Women choreographers 3

50% representation of women choreographers

Women choreographers at the FACETS Choreography Residency

FACETS offers emerging choreographers interdisciplinary approaches towards creating original works or extending already explored ideas.

Total choreographers 7
Women choreographers 3

43% representation of women choreographers

Based on this tally, the Centre Stage performed quite poorly in representing women choreographers. These statistics seem to mirror an observation raised at the conference that there seems to be an absence of women in leadership positions in all fields, including the science and the arts. Since the Centre Stage showcases leading choreographers working internationally, the abysmal number of women choreographers in its programming underscores that the world of movement arts is skewed when it comes to women leading from the front.

At the panel titled “Gender and the Performing Arts”, I was alarmed by the way the terms of gender and cisgender (mainly heterosexual) women were interchangeably used, a trend that continued through the whole conference. The conference didn’t seem to ask itself questions like: What does it mean to have a panel titled “Gender and the Performing Art”? Does it mean looking at the history, politics, and representation of cisgender, transgender, non-binary, and gender nonconforming identities in the performing arts? Or does it simply mean women (I hope of all gender identities) in the performing arts? There seemed to be no clear brief, which made it very difficult to gauge the entry point(s) the panellists chose to take within the current maelstrom of gender identity politics and discourses.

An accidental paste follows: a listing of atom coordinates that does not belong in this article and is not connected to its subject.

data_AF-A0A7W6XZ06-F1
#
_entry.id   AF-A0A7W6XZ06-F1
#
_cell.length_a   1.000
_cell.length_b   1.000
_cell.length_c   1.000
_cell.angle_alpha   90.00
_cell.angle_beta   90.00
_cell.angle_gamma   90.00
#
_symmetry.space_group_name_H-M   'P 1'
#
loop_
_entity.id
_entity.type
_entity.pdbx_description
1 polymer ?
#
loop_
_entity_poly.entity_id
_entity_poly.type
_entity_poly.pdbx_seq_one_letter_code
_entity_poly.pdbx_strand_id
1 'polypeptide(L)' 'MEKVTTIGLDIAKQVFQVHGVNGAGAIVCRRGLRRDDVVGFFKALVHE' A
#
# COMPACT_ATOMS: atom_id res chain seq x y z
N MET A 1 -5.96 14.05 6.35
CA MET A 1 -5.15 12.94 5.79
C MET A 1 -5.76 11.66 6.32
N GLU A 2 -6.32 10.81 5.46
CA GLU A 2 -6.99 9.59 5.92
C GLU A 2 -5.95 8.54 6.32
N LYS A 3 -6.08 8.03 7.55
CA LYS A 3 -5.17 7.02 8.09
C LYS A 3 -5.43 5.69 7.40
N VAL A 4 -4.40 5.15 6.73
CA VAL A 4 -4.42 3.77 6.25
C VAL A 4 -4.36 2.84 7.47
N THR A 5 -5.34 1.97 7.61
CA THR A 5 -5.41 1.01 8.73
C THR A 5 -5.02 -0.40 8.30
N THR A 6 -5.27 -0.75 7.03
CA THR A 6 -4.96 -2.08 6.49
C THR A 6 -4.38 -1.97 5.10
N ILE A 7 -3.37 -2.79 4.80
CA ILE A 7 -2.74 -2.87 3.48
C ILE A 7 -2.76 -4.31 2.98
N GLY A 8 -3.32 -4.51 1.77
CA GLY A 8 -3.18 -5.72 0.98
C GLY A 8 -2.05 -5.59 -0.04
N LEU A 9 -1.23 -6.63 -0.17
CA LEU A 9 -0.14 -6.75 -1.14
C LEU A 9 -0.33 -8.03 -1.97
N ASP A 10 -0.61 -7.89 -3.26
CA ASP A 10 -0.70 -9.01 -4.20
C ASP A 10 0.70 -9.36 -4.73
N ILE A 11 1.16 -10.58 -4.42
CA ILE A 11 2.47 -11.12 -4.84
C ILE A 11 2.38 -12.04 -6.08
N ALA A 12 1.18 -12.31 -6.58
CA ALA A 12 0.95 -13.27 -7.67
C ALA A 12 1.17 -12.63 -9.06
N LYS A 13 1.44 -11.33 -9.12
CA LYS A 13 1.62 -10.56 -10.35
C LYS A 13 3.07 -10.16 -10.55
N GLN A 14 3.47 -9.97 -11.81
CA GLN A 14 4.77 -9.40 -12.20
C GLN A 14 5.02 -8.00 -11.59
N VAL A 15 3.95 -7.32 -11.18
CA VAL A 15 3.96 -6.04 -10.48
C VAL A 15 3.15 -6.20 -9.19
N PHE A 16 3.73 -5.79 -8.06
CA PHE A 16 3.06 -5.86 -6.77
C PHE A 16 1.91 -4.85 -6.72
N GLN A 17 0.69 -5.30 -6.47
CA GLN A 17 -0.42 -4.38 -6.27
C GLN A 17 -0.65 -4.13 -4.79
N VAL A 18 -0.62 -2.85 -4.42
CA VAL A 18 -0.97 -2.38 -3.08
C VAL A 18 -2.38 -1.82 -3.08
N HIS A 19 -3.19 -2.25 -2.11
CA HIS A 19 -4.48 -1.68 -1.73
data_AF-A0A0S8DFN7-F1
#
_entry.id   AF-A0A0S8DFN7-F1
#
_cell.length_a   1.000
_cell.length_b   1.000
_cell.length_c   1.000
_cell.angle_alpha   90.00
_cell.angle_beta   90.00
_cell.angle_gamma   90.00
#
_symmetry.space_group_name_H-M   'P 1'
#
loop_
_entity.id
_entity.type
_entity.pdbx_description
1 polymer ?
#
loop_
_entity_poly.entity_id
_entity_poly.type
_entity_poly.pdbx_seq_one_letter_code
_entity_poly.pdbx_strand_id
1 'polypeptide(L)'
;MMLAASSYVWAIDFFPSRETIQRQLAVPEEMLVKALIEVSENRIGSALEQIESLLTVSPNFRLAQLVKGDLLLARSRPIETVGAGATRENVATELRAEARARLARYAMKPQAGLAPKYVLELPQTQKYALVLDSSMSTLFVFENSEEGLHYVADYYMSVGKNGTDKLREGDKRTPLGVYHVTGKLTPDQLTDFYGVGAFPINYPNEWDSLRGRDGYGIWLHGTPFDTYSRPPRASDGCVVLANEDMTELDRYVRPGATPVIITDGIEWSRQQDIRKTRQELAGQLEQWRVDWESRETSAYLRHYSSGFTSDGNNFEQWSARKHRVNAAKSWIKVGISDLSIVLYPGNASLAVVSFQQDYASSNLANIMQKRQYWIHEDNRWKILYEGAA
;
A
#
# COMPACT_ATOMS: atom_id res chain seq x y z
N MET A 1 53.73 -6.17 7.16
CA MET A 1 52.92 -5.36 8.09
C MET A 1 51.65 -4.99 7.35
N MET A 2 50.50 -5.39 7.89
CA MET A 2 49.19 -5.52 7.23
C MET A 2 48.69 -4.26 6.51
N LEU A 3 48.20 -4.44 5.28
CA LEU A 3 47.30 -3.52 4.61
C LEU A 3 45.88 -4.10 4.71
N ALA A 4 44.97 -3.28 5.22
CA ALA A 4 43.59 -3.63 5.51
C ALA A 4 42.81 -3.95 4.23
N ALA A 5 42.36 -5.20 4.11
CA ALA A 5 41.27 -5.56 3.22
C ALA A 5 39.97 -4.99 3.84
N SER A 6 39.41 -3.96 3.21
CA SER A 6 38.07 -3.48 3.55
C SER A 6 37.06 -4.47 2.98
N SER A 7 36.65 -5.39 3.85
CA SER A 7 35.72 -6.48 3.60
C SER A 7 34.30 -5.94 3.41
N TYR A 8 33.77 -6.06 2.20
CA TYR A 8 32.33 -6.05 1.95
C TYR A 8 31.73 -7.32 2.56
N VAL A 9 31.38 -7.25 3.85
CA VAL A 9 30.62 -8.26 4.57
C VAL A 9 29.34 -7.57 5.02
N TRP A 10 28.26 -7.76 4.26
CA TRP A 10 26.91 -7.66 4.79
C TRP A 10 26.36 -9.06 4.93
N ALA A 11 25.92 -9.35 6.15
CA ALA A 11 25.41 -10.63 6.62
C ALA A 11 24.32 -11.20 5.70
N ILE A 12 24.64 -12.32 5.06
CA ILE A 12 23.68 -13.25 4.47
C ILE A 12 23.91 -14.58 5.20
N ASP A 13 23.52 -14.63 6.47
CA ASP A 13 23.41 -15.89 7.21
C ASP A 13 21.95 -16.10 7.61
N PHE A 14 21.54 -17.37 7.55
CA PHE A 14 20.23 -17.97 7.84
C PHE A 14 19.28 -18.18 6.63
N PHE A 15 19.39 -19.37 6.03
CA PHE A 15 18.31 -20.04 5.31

Across the three panels, two panelists—Dr. Anita Cherian and Ranjana Dave—gave us triggers worth pondering. Anita spoke on the dance community’s need to bring questions of caste into discussions of the movement arts in India and on the way men play a determining role in the movements that women perform. She reminded us that to think of dance as movement is to think about it politically—the ways in which movement gets implicated into narratives of slavery, colonialism, and nationalism. Ranjana spoke reflexively on the importance of language in reinventing contexts, the privileges involved in mastering this language, and that the dance ecology demands fluent articulation of the purpose of one’s work. 

A question that came to me during the course of the conference was: Who is the target audience of The BENCH India? The brochure led me to believe that it was “aimed at programmers, venues, producers, commissioners, and artists from all areas of the arts sector in India”. But the actual audience at the conference was made up of a handful of dance diploma students (who seemed to have questions that could’ve been answered by a career counsellor) confused Bangalore-producers, and such. Perhaps this kind of under-organising can be expected from an inaugural event of this nature. Because THE BENCH India sounded like an interesting exploration on paper, it would be great if it could get its act together for future editions.